The krona has stabilised after its collapse in October
Iceland has taken the first important steps towards restoring financial stability according to an International Monetary Fund mission to the country.
Poul Thomsen, heading the mission, said the key objective of stabilising the country's currency was being met.
He added that he was "very confident" that the $2.1bn (£1.37bn) loan from the IMF in November would be sufficient to revive the economy.
In October, Iceland's government was forced to take control of three banks.
Worst is over?
"Iceland's IMF-supported programme is advancing well," Mr Thomsen said.
He added that "judicious monetary policy" had helped to stabilise the country's currency, the krona, and that focus would soon turn to lifting capital controls and reducing interest rates.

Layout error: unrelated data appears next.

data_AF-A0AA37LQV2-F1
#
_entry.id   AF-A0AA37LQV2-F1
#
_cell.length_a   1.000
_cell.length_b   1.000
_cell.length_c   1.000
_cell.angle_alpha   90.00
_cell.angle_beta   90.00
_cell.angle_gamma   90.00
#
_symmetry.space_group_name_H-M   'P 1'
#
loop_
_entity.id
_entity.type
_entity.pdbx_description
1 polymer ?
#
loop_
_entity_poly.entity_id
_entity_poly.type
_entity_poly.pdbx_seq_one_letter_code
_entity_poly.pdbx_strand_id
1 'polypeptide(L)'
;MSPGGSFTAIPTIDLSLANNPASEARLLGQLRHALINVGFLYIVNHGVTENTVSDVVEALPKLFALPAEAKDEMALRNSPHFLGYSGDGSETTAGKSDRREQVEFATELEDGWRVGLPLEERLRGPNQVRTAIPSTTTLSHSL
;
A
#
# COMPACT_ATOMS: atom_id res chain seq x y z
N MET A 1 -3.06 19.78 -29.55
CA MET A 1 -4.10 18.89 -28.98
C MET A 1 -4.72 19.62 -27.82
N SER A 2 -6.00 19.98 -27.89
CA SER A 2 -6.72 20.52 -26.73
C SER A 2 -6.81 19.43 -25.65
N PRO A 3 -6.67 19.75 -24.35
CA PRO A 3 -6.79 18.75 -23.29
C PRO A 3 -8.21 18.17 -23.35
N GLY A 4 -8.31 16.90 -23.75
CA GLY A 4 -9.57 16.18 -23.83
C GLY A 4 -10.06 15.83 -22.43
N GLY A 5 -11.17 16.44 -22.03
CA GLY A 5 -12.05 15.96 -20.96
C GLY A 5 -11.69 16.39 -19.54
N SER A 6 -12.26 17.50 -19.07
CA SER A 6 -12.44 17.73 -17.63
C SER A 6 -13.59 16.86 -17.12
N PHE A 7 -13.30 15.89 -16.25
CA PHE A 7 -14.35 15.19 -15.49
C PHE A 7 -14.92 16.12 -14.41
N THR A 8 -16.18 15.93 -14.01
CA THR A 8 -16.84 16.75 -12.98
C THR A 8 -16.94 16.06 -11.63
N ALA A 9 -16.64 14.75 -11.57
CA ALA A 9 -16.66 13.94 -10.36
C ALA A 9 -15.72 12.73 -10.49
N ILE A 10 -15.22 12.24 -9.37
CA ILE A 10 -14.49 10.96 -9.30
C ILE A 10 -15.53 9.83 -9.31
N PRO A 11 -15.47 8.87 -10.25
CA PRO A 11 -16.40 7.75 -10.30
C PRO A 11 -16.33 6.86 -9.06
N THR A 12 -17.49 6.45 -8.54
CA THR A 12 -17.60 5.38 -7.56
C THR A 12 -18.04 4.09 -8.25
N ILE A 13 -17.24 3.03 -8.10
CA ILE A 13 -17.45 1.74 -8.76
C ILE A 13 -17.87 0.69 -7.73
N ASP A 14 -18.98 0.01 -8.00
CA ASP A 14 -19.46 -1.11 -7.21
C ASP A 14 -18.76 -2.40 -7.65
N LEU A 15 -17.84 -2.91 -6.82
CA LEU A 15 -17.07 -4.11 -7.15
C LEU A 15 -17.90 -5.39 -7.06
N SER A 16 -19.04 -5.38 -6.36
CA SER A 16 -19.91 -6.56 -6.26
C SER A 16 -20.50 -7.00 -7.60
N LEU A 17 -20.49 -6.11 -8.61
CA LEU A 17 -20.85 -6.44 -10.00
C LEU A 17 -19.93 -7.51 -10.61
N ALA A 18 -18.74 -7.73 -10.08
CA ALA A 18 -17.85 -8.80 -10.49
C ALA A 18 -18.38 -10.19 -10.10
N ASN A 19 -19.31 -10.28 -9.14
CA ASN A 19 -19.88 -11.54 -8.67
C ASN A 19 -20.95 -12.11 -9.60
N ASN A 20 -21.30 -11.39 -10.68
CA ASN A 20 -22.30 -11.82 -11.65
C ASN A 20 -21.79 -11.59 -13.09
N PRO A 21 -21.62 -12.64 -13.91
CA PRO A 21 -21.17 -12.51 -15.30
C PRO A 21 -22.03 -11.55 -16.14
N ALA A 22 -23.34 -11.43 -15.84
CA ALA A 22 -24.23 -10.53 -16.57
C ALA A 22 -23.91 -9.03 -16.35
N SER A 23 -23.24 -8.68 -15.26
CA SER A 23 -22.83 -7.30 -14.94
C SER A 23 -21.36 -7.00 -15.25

The worst was behind the country, he told a press conference.
"This is obviously a very, very serious crisis," he said. "But the impact on Iceland is going to be very limited because you were hit with full force upfront."
Progress has also been made on restructuring the financial sector after the government was forced to take over three of the country's biggest commercial banks.
"A framework has been put in place to engage creditors of the old banks, an asset recovery strategy has been put in place and the groundwork has been laid for a valuation of new and old bank assets," Mr Thomsen said.
Work to value assets should start now as a prelude to recapitalising the banks by the end of first quarter, he added.
Another IMF mission will visit Iceland in February next year to conduct a formal review of the economic support programme.